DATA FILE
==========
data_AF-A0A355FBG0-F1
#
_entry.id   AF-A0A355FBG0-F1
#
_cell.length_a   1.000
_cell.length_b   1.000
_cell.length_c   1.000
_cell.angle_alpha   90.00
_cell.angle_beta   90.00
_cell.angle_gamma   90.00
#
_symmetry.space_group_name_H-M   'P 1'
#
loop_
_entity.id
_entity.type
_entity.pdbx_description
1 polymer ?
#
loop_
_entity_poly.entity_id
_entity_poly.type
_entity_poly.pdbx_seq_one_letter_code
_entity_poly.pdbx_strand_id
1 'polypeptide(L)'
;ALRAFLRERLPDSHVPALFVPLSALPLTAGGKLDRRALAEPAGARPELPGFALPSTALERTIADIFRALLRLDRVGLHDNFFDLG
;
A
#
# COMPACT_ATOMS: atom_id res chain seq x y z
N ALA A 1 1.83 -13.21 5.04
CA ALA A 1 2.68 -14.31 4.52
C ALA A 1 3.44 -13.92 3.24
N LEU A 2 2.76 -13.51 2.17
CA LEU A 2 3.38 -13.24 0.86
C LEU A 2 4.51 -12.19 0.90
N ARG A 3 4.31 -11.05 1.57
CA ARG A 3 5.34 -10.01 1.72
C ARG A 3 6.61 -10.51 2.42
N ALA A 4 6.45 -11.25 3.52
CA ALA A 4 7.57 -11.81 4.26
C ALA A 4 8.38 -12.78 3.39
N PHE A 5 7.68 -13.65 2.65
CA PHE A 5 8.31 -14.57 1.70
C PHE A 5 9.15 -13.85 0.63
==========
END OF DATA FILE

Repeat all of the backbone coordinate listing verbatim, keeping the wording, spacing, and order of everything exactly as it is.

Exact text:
data_AF-A0A355FBG0-F1
#
_entry.id   AF-A0A355FBG0-F1
#
_cell.length_a   1.000
_cell.length_b   1.000
_cell.length_c   1.000
_cell.angle_alpha   90.00
_cell.angle_beta   90.00
_cell.angle_gamma   90.00
#
_symmetry.space_group_name_H-M   'P 1'
#
loop_
_entity.id
_entity.type
_entity.pdbx_description
1 polymer ?
#
loop_
_entity_poly.entity_id
_entity_poly.type
_entity_poly.pdbx_seq_one_letter_code
_entity_poly.pdbx_strand_id
1 'polypeptide(L)'
;ALRAFLRERLPDSHVPALFVPLSALPLTAGGKLDRRALAEPAGARPELPGFALPSTALERTIADIFRALLRLDRVGLHDNFFDLG
;
A
#
# COMPACT_ATOMS: atom_id res chain seq x y z
N ALA A 1 1.83 -13.21 5.04
CA ALA A 1 2.68 -14.31 4.52
C ALA A 1 3.44 -13.92 3.24
N LEU A 2 2.76 -13.51 2.17
CA LEU A 2 3.38 -13.24 0.86
C LEU A 2 4.51 -12.19 0.90
N ARG A 3 4.31 -11.05 1.57
CA ARG A 3 5.34 -10.01 1.72
C ARG A 3 6.61 -10.51 2.42
N ALA A 4 6.45 -11.25 3.52
CA ALA A 4 7.57 -11.81 4.26
C ALA A 4 8.38 -12.78 3.39
N PHE A 5 7.68 -13.65 2.65
CA PHE A 5 8.31 -14.57 1.70
C PHE A 5 9.15 -13.85 0.63